Relatively functional.

Funny things can happen when people look at families from the outside and try to work out how to fix them. Without knowing how situations developed, or only seeing one aspect of them, it’s very easy to confuse reactions with causes. For instance, X roughly stood up to Y, whereby Y was visibly upset; hence X is cruel and callous. Without sufficient background information, they may not realise that there’s a lot more going on. For instance, it may be that Y is a self-obsessed life-sucking parasite whose demands X could never ever meet without submitting to vorarephilia of the soul. That’s not an obvious trait, though, and people can only see what’s in front of them. It doesn’t stop them judging, though. This poses an interesting conundrum to people who are stuck with relatives who have a personality disorder, but are relatively functional.

If you have a relative who is positively and obviously affected by a psychological disorder, chances are that you might reap a modicum of public support. That is not the case if you are stuck with someone who may be able to manage most aspects of everyday life – be decent neighbours, good acquaintances, reliable co-workers, whatever – but simply does not have what it takes for a closer, healthy bond. You end up stuck stuck between a rock and a hard place. If you treat your relative based on their stated role, as if they were normal people capable of healthy relationships, chances are that you will get screwed. If you treat them based on their disorder, you will be pilloried.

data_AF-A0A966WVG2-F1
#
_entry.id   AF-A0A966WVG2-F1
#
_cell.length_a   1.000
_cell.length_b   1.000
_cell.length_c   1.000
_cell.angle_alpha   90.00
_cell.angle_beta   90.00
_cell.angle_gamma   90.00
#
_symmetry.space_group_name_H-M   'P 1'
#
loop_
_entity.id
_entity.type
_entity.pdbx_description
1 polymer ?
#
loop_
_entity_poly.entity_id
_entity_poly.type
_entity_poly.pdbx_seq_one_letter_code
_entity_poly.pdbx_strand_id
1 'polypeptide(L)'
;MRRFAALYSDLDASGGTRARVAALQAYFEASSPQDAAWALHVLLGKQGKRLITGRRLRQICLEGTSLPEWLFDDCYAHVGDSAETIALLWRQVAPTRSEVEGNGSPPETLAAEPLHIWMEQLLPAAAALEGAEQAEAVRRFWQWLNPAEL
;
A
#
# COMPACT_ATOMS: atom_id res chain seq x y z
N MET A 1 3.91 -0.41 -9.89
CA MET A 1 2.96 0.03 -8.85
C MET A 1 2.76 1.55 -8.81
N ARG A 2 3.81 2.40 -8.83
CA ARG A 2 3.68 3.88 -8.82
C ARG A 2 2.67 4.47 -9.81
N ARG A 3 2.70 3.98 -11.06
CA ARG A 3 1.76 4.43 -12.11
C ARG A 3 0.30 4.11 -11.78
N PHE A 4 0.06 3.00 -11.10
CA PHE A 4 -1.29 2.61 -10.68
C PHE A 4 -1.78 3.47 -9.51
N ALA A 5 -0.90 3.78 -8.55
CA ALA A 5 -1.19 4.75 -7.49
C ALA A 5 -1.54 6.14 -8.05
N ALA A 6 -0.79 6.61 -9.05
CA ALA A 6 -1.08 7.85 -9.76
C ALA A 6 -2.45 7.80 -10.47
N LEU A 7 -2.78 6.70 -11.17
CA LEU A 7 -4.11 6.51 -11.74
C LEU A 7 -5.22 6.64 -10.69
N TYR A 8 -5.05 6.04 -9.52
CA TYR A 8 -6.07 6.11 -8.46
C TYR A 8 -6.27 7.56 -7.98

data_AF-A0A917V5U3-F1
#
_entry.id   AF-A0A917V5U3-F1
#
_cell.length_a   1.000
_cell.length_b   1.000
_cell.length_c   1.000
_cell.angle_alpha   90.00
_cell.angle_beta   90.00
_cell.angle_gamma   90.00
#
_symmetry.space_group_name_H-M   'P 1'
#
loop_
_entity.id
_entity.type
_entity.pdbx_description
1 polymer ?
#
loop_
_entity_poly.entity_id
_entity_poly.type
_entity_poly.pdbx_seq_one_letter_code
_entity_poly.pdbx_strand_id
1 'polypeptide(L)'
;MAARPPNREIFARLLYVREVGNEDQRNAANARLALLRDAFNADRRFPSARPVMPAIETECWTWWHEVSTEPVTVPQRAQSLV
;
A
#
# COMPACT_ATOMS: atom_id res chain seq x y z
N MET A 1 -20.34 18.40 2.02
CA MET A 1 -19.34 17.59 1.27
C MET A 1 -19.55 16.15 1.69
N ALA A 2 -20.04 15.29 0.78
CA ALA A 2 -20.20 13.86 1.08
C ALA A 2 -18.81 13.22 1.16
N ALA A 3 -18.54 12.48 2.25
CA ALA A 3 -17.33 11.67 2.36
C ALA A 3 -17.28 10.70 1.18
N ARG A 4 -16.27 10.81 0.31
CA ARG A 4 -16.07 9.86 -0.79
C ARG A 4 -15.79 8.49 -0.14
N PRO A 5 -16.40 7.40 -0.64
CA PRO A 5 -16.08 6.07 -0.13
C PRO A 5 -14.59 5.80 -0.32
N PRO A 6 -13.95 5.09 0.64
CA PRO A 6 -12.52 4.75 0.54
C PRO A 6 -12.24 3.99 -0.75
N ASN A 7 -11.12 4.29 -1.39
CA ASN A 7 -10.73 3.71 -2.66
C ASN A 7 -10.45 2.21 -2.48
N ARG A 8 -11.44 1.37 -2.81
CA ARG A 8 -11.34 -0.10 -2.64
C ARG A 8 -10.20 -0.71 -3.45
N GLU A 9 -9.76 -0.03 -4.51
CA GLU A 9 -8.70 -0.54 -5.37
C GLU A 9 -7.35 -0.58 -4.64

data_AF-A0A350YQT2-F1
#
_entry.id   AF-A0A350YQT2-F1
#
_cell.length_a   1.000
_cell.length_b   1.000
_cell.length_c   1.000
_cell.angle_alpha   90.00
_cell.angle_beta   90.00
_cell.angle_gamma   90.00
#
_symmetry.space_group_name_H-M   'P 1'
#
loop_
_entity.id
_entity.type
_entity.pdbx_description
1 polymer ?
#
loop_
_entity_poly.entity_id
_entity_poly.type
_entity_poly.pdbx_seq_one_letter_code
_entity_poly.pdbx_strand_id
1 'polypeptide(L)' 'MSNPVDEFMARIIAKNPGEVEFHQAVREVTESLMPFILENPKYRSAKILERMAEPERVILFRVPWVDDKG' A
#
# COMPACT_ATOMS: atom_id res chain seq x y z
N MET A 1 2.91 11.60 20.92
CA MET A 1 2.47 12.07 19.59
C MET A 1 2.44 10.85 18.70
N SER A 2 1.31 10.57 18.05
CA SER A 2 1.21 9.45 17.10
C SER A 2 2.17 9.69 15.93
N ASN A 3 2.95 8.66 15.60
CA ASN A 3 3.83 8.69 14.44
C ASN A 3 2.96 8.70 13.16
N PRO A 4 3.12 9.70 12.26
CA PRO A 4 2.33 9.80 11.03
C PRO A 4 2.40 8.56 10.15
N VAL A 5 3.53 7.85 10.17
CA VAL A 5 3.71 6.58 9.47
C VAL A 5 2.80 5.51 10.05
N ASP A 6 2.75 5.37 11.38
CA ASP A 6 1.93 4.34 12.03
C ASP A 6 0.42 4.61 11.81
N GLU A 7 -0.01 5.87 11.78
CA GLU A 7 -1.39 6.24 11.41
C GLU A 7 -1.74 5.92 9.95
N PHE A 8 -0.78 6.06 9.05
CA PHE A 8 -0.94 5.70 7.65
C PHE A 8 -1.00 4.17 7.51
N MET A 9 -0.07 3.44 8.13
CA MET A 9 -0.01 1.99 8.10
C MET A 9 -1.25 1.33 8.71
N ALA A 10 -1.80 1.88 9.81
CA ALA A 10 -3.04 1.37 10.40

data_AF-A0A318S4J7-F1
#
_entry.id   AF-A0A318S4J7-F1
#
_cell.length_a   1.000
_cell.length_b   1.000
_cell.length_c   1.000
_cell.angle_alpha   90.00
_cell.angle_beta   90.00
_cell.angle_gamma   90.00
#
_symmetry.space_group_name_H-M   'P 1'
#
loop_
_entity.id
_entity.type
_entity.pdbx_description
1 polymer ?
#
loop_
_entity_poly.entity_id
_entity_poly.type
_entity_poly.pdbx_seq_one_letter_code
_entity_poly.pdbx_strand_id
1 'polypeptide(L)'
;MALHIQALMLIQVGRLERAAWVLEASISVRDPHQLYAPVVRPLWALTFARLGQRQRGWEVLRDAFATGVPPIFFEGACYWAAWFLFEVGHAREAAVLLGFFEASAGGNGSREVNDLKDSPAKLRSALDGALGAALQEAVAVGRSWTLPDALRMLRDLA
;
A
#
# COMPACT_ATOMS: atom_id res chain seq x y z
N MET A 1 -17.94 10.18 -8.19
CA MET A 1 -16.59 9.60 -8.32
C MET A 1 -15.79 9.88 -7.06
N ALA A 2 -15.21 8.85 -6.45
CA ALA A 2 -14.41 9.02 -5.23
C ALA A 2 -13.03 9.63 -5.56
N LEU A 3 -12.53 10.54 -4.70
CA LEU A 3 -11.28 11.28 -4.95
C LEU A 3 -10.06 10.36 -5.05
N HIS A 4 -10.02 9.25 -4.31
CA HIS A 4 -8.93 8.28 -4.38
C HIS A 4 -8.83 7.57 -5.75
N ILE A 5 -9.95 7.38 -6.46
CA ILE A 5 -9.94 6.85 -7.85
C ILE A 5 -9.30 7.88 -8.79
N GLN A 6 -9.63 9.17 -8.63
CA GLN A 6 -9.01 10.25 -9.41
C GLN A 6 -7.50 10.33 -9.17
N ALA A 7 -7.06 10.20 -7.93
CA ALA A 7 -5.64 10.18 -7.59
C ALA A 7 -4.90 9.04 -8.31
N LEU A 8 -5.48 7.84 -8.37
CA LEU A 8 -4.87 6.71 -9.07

This is bad enough if the relative in question is a socialised psychopath or grandiose narcissists; they tend to be charming in the short-term, but either not deepen their relationships or wear thin on people. Vulnerable narcissists, however, are a different kettle of fish. They might not have many close friends, for the simple reason that they are terrible chores; the company of needy, neurotic, self-involved sad sacks isn’t everyone’s cup of tea. This doesn’t mean that they can’t get a permanent fan club, though. There are plenty of people willing to tolerate them for short periods, either because they feel sorry for them or because their presence makes them feel superior. Those are often the people who will often tear you a new one if and when you dare rock the boat.

It can be hard enough to work out and accept the fact that someone with whom you should be able to have a loving, fulfilling relationship is just not capable of supporting it. On top of that, you might be struggling with the conflict between your familial responsibility and your sense of self-preservation; although you may be confident that you are doing what you need to do for your own sake, you might still struggle with feelings of guilt. Being subjected to public scrutiny and found sorely wanting is not precisely what you need to crown it all, but chances are it’s what you’ll get.


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